His brother, meanwhile, the one who had lived with him in the tiny Paris apartment, went on to become an elder statesman whose own son – Sadi’s namesake – would become president of France.
I wonder about that — about how well the two brothers loved one another. Mendoza notes that Sadi had Hippolyte read his manuscript to ensure that it was accessible to non-scientists, and also that Hippolyte nursed Sadi back from the bout of Scarlet Fever that preceded his mania; so I suppose the answer is “well enough.” But still. I wonder what it was like for one brother to slip into madness – an entropy of the mind, as it were – while the other found himself catching brass rings.
And those questions — about work, and love, and mental chaos — bring me back to Eric
I’ve felt a slow but seismic shift this past year. My rhythms have started adapting to his, and I’m finding it easier and easier to get up when he does, and to get to my desk when he gets to his. Which in turn makes it easier to finish the day’s work at a reasonable hour. Which then leaves time to cook a nice dinner and relax with a glass of wine, or maybe read something fun before bed. The trickle-down benefits of this new approach to life are manifold: I eat better, sleep better, work better, and call my parents more.
It’s not like I didn’t know the value of schedule and structure before Eric came along. It’s more like I was incapable of it. Or felt I was. Or felt like it didn’t matter if I was capable of it or not, because fuck it, I’m a freelancer and I can work till 4am and sleep till noon if I want. Because, why not?
I suppose the answer is that some other force, not yet named or quantified or written into the laws of physics, is propelling us against entropy and against the inevitability of our own demise, and towards life, with all its attendant joys and miseries. I won’t pretend to know what that force is. Women of faith will have one word for it, and women of science another. And those who are young and in love, probably another still.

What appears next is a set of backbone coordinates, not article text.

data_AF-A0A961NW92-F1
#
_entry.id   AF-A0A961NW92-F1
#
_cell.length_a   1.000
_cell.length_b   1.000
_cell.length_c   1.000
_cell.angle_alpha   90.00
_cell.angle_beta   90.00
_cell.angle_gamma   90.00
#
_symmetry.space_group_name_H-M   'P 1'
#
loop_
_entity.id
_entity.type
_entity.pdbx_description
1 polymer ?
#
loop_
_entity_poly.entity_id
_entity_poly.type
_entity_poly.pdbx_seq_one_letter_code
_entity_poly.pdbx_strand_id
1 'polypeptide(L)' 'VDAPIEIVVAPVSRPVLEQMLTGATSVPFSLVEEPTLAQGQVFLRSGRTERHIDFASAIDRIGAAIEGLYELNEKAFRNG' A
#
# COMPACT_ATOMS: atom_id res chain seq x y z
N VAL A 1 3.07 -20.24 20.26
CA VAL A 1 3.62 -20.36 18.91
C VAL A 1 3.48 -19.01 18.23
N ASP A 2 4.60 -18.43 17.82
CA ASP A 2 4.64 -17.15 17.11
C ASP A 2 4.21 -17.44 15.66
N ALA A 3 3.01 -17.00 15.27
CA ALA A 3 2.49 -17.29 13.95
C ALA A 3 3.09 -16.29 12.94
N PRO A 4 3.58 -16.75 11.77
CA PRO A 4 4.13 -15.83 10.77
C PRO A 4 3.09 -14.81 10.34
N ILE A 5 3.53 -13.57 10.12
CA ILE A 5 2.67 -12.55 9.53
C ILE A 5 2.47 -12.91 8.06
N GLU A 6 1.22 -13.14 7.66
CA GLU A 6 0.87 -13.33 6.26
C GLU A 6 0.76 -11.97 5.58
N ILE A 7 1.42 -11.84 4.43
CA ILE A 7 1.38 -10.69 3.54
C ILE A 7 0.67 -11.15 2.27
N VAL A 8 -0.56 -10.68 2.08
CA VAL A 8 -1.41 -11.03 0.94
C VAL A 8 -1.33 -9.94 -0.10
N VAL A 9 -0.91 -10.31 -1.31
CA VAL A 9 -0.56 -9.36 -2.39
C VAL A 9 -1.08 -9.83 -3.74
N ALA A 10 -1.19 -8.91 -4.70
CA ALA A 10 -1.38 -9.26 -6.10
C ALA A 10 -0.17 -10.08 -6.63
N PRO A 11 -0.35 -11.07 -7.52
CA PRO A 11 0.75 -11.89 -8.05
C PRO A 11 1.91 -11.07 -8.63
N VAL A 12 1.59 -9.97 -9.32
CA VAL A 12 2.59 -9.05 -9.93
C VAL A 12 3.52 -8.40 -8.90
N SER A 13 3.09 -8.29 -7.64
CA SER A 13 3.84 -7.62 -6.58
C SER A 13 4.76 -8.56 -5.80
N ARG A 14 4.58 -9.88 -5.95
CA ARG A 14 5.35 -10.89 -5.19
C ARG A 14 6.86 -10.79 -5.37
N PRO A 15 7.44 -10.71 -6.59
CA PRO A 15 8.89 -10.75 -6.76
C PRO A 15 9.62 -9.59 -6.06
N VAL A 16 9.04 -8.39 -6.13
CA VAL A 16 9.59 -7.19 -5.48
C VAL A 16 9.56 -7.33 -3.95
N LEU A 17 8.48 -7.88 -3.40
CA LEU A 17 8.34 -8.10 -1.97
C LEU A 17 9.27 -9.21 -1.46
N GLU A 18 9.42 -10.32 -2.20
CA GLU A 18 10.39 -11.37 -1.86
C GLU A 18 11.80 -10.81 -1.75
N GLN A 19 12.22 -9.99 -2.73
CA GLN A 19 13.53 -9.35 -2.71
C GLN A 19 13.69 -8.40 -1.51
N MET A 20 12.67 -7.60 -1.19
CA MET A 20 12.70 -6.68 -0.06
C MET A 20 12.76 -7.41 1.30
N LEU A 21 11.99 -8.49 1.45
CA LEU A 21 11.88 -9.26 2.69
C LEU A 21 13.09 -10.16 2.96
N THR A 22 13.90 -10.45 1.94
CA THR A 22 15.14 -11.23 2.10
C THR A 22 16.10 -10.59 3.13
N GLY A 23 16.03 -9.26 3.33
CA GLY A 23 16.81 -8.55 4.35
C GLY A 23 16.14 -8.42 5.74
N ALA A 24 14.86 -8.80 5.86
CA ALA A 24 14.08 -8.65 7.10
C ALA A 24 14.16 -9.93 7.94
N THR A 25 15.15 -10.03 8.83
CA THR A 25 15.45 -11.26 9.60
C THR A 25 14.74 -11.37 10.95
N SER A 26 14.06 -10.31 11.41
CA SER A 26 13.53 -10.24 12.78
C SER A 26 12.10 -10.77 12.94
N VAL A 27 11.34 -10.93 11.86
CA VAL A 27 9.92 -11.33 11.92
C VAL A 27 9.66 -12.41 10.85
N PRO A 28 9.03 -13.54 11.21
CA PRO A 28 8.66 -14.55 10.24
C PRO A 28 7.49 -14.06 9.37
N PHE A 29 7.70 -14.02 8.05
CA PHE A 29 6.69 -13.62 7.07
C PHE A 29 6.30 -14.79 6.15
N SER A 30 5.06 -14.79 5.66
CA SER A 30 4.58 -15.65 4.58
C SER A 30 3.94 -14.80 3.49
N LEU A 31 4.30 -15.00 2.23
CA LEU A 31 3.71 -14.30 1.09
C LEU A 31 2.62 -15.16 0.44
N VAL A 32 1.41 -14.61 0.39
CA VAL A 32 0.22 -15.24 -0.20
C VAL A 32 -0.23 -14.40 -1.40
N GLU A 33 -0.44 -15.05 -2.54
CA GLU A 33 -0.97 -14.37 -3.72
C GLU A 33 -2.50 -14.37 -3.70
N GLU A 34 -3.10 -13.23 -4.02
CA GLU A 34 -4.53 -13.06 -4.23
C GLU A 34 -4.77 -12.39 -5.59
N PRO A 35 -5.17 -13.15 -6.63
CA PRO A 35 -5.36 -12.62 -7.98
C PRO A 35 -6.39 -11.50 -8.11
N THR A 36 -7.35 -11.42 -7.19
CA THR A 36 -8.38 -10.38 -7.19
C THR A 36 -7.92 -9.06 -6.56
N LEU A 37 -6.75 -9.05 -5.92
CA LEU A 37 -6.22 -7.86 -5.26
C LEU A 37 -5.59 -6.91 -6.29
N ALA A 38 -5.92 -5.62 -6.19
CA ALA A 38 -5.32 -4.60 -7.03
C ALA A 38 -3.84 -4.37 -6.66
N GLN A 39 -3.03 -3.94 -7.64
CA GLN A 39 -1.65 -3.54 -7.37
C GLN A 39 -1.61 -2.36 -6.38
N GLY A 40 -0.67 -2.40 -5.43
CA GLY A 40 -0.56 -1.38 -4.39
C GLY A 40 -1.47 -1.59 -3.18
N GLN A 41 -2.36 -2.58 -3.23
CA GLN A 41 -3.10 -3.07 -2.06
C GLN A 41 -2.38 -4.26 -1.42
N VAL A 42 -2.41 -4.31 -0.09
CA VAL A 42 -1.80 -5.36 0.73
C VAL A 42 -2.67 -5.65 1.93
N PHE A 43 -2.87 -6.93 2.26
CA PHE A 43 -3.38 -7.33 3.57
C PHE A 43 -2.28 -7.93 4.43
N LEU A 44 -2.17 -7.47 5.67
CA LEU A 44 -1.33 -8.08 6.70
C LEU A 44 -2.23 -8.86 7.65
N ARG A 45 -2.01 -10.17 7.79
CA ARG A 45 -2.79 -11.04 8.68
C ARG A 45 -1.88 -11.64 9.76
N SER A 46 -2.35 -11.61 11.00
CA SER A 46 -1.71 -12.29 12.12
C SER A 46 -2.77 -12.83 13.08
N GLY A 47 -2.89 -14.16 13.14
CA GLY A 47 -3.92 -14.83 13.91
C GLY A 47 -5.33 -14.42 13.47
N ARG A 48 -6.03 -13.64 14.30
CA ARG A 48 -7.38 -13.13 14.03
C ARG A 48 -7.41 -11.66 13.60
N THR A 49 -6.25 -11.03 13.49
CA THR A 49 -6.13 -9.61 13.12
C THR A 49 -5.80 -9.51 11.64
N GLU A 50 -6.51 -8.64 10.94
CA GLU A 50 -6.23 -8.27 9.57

I will say that the kittens feel Eric’s absence as acutely as I do.They’ve been running wild through the apartment at ungodly hours, knocking things over, hissing and yowling at one another, much more than is normal for them. Max tried raping Isis, at like 3:00 this morning, which I know because I was wide-awake and talking on the phone, to a friend who is also an insomniac. Max does not even have balls. Where he got this rape idea is beyond me.
Anyway, It’s become clear to all three of us that whatever the principle animating him, Eric is our only real bulwark against entropy. He is a force for order in our lives. And we are finally ready to concede that order is the thing which makes all other things possible: productivity, peace of mind, the death of paralyzing anxiety. And so on.
I’ve been turning the notion over in my head all day. I’ve been imaging a cartoon avatar of Eric fending off a cartoon avatar of Entropy, with great bravado, while the kittens and I sort-of cower behind him. I’ve been thinking about what entropy’s avatar might look like. A shadowy smoke monster, maybe. Or Napoleon fighting his way back from Elba. Or the General who finally defeated Napoleon; or the Ruler who banished Sadi’s father into exile.
Whichever it is, the kittens and I are very glad that Eric is due back this evening.